Just as GPE has increased its focus on early learning, it is heartening that many others have also ramped up focus on ensuring that infants, toddlers and young children have what they need to survive and thrive. Since 2010, there have been more ECCE pilot interventions, more research and more evidence-based work by multilaterals like GPE and the World Bank than in the past 30 years combined.
The efforts of the Early Learning Partnership have helped to pick up the pace of progress by international development partners and governments alike. The Early Childhood Development Partnership being launched by UNICEF and the World Bank in 2016 also holds the tangible promise of a much-needed boost in advocacy, investments and monitoring of ECCE progress. So it is clear that ECCE is on an upward trajectory.
Unfortunately, there is a lot more to be done. Significant challenges remain. A particular focus of GPE’s work is on reaching the children that are in regions with a high propensity for conflicts or in fragile countries, where progress may not be linear and setbacks are likely. Even in developed countries that are convinced of the value of early learning investments and where resources exist, reaching the most vulnerable is a challenge. No country in the developing world can boast of comprehensive programmes that reach all children, and unfortunately many fall far short. It will be vital to convince policymakers and high-level senior government officials to invest in ECCE: despite the vast amount of evidence for the benefits of quality ECCE, countries as well as donor agencies do not make the necessary investments to effect change in early learning. And most of all, it will be important to break down the silos that impede working together across sectors.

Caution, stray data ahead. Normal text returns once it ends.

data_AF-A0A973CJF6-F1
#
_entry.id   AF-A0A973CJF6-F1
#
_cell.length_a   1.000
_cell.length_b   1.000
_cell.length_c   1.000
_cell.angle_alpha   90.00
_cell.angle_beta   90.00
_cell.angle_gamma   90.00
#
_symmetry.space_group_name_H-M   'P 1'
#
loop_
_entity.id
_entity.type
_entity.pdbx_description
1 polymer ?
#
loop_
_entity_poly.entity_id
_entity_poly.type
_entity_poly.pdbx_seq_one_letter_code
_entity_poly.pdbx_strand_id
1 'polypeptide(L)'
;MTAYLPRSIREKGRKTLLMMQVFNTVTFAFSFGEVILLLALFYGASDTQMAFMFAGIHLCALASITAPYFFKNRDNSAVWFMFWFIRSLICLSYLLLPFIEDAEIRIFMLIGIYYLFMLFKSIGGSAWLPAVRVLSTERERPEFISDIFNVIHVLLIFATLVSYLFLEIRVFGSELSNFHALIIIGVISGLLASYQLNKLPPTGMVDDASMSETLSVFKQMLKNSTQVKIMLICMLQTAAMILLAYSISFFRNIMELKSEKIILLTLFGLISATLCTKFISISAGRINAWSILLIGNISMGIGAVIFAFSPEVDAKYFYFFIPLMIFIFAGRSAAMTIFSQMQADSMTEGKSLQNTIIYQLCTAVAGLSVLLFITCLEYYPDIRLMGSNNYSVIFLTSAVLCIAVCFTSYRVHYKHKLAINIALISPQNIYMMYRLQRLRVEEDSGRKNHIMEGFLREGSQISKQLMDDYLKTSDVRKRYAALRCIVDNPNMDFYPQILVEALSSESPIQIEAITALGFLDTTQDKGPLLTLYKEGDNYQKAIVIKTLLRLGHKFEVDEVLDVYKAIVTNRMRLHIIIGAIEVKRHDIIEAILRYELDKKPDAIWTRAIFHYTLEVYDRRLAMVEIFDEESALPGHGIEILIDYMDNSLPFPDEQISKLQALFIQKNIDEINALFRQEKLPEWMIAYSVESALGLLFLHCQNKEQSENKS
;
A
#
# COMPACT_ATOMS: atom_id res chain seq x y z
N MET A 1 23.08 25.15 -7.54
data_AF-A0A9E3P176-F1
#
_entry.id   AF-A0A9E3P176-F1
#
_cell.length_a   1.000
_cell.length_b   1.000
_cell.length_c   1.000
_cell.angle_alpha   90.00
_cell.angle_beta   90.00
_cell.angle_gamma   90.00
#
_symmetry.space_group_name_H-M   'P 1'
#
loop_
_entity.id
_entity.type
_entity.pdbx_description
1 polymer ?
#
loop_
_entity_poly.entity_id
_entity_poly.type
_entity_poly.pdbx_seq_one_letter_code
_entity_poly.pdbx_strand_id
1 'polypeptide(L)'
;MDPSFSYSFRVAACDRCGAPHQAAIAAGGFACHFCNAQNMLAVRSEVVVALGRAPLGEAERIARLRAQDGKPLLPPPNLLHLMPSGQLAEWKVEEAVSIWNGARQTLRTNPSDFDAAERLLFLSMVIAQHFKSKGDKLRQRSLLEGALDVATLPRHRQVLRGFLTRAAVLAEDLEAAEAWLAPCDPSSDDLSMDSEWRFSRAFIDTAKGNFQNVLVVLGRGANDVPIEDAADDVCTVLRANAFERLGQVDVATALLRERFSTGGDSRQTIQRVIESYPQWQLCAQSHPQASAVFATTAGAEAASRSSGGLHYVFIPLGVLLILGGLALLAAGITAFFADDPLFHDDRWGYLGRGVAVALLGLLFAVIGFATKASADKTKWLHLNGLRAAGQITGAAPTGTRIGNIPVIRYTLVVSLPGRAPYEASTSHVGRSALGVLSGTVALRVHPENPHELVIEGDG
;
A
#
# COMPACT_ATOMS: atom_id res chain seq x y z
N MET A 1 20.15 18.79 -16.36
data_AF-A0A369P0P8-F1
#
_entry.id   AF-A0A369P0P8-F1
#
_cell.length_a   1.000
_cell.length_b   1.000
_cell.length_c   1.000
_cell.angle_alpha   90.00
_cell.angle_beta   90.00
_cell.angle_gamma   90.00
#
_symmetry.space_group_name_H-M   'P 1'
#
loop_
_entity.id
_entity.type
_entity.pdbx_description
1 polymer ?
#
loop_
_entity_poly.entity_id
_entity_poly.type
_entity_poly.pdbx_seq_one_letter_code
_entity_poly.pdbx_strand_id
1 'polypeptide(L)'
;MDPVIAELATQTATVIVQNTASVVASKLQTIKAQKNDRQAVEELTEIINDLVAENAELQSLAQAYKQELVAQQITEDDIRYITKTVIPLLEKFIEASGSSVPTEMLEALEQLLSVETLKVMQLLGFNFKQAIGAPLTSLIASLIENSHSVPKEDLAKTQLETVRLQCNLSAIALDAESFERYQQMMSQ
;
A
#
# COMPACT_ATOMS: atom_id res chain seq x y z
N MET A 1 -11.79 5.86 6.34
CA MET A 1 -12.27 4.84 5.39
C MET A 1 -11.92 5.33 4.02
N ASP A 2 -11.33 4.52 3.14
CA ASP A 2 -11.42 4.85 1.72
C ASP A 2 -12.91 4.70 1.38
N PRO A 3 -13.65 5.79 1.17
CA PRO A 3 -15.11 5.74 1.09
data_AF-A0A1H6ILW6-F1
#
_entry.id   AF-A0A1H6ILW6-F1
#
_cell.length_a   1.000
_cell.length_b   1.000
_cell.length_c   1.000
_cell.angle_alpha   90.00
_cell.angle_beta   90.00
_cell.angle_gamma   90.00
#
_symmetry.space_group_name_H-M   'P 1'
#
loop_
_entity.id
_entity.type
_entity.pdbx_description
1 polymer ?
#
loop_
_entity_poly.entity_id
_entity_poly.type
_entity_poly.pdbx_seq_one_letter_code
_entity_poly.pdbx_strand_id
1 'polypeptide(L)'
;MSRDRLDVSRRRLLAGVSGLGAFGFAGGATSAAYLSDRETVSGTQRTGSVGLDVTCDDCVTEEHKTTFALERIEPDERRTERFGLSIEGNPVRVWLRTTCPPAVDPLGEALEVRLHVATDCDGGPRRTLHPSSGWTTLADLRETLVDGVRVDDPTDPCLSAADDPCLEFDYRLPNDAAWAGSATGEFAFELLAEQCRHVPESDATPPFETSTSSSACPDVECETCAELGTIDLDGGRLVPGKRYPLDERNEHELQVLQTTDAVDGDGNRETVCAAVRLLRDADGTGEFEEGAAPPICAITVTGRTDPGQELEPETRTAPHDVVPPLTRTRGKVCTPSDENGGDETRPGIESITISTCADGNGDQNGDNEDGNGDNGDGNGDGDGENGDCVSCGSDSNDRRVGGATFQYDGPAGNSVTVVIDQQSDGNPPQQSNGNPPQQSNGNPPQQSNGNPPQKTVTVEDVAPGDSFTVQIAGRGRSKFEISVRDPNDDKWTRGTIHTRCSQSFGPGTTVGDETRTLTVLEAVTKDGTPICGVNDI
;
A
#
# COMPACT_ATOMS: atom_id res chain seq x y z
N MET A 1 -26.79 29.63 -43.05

Alice Albright, CEO of GPE, was in a village in the Democratic Republic of Congo bordering the Central African Republic in 2015. A man came up to her with a letter inside an envelope. It said ‘Thank you so much for the school you have built for us. When you come back next time can you build us a health clinic?’. By working in partnership across sectors, we can better harvest the benefits of a holistic approach to child development. Each child needs both health and education – and strong national systems are critical to universalising and sustaining essential services in health and education and improving their quality by strengthening their delivery and underlying institutions. GPE’s new Strategic Plan 2016–2020 calls on all of its partners to focus on the common SDG goal of a world in which early childhood care and education are available to all – so that all children are supported to realise their potential.
References can be found in the PDF version of the article.